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Kids and OCD: The Role of Parents in Treatment

Kids and OCD: The Role of Parents in Treatment

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About half a million children in the U.S. have Obsessive Compulsive Disorder. As parents play an integral role in their child’s life, their involvement is essential in their child’s OCD treatment. Parent involvement in the treatment process is key in helping children overcome their anxieties and build confidence in their ability to cope with fears.

Exposure & Response Prevention Therapy is an evidence-based treatment that has been proven to be effective in reducing OCD symptoms and building the necessary skill set for coping with and managing anxiety. Through this form of therapy, your child will be exposed to their anxieties so that they have the ability to learn that they can cope, rather than avoid. Thus, you are helping your child learn to overcome these fears.

In many cases, families of children with OCD accommodate the child’s fears. Many families, for example, stop taking vacations or going out for dinner to avoid exposing their children to their fears. Their efforts are well-intentioned, and they often hope that if they can remove their child from a situational trigger that the child will experience relief.

Unfortunately, this relief is short-term and does more harm than good. Throughout the psychoeducation process in treatment, parents learn that by accommodating their child’s fears, they aren’t helping them. In actuality, they are helping the anxiety grow. Family accommodation can reinforce a child’s symptoms, and their condition can take a turn for the worse, leaving both the parent and the child frustrated and hopeless.

In therapy, you, your child, and your therapist will create a fear hierarchy. The parties involved will work to identify all of the feared situations, rate them on a scale of 0-10, and tackle them one at a time.

For example, if your child has a fear of germs, the therapist may continue exposing them to difficult situations that may involve handling dirty objects, until their fear subsides and they no longer feel uncomfortable in the situation.

When your child is exposed to their fears, it is important that you demonstrate confidence in their ability to face their fears. Your therapist will model how to do so in session and will collaborate with you on how to practice exposure in between sessions to further build your child’s confidence in defeating their OCD “monster”.

As a co-therapist, you will play an important role in response prevention which involves preventing the child from performing any activity that decreases their anxiety (i.e. safety behaviors such as reassurance seeking, checking, or ritualizing).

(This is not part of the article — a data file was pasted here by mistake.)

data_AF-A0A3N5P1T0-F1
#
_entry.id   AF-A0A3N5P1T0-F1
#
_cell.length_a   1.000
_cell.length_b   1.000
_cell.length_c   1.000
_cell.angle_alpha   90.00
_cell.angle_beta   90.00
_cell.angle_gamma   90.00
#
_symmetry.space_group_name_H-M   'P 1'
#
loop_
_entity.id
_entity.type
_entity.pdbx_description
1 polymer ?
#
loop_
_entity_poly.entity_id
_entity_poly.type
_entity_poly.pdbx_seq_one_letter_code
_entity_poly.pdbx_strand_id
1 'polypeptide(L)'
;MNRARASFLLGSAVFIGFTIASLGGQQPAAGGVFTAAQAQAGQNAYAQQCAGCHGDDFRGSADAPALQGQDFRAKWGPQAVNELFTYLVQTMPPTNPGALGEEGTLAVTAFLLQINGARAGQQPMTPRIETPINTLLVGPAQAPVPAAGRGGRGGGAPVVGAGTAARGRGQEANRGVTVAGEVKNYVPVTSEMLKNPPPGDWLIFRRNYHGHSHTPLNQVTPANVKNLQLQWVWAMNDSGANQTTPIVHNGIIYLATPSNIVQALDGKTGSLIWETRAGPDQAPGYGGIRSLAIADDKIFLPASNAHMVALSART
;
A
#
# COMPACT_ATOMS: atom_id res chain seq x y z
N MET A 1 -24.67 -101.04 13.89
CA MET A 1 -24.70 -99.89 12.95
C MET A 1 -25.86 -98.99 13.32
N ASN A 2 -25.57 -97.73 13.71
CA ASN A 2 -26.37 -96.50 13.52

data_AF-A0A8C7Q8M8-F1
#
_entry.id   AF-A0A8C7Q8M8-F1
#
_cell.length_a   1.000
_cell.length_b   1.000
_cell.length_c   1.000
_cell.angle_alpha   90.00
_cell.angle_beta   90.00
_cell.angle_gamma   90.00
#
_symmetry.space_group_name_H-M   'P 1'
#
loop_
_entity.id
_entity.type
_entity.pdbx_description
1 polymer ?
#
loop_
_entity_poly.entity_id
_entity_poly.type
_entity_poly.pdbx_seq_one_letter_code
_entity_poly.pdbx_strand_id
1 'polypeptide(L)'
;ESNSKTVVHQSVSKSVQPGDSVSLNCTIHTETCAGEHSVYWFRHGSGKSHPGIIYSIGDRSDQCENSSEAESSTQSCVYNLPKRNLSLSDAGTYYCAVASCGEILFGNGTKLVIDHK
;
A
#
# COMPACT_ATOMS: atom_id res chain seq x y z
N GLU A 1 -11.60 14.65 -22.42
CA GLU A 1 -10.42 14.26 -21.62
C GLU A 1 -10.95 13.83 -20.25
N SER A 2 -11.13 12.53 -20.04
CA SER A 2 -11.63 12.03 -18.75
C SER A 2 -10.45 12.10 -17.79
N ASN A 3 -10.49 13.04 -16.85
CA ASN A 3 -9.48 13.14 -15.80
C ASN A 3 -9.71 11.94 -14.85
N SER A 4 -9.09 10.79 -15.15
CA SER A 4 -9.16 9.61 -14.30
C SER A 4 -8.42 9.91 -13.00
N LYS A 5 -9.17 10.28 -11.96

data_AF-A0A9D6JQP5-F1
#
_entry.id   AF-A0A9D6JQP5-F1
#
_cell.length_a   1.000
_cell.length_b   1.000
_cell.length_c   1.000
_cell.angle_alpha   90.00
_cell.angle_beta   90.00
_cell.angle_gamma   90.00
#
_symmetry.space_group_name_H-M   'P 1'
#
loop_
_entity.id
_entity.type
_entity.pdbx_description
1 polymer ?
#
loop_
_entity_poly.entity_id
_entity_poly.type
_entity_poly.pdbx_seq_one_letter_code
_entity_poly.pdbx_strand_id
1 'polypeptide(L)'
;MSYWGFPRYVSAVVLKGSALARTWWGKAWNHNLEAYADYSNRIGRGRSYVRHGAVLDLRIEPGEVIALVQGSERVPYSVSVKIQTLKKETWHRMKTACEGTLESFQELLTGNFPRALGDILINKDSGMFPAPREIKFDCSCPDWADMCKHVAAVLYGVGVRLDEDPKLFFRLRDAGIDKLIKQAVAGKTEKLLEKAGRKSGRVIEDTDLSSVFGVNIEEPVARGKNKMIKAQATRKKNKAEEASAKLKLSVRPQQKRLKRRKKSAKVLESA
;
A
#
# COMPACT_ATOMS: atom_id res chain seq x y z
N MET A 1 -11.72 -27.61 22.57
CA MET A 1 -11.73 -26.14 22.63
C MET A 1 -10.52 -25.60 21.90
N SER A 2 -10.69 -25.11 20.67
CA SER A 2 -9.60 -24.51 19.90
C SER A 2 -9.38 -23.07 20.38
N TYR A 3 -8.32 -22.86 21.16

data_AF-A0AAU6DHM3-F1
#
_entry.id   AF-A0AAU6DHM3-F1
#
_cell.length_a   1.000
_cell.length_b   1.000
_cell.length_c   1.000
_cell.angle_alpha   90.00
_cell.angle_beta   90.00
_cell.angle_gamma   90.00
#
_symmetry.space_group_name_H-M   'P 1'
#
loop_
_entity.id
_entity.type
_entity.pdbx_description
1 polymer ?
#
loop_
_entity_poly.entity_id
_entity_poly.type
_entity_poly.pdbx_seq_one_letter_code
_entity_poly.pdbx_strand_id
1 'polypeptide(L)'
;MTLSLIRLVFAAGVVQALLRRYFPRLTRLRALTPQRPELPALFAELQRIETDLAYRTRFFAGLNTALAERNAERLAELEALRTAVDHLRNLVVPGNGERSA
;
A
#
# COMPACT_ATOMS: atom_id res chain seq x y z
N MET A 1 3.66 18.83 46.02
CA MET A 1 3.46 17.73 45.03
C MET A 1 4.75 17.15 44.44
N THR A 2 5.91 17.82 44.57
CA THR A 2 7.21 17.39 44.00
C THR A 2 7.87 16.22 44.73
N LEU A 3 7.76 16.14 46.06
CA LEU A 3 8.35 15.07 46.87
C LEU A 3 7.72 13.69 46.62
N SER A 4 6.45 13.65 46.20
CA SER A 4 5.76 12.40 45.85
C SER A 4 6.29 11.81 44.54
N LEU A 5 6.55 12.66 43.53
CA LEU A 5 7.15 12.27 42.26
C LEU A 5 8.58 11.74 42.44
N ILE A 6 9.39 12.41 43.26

For example, if your child has an intense terror or fear of germs, encourage them to refrain from washing their hands after touching doorknobs or railings.

If your child has a fear that they might become contaminated by germs, assign them tasks such as cleaning dishes or vacuuming the carpet that will force them to confront their fears.

Over time, your child will learn to tolerate uncomfortable feelings and will learn that their worst fears typically do not come true.

Your child’s therapist will also help you identify ways to encourage your child to use coping skills to fight their worst fears, instead of overly relying on you to get them out of uncomfortable situations.

Your child’s therapist will also work with you to learn how to manage anxiety, tantrums, resistance, and any uncomfortable emotions or anxiety-related behavior as it arises. They will role play and model how to respond when anxiety arises, what to do, what not to do, when to push, and how to push your child.  You may have your own parent training sessions or these may include your child.

The OCD & Anxiety Center is one of the most trusted child anxiety counseling centers in Orland Park. Our counselors bring years of experience to the table. Every child and family is different. We will create a customized plan to treat your child’s specific symptoms. To make an appointment, call (630) 522-3124.

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2805 Butterfield Road suite 120
Oak Brook, IL 60523

(630) 522-3124

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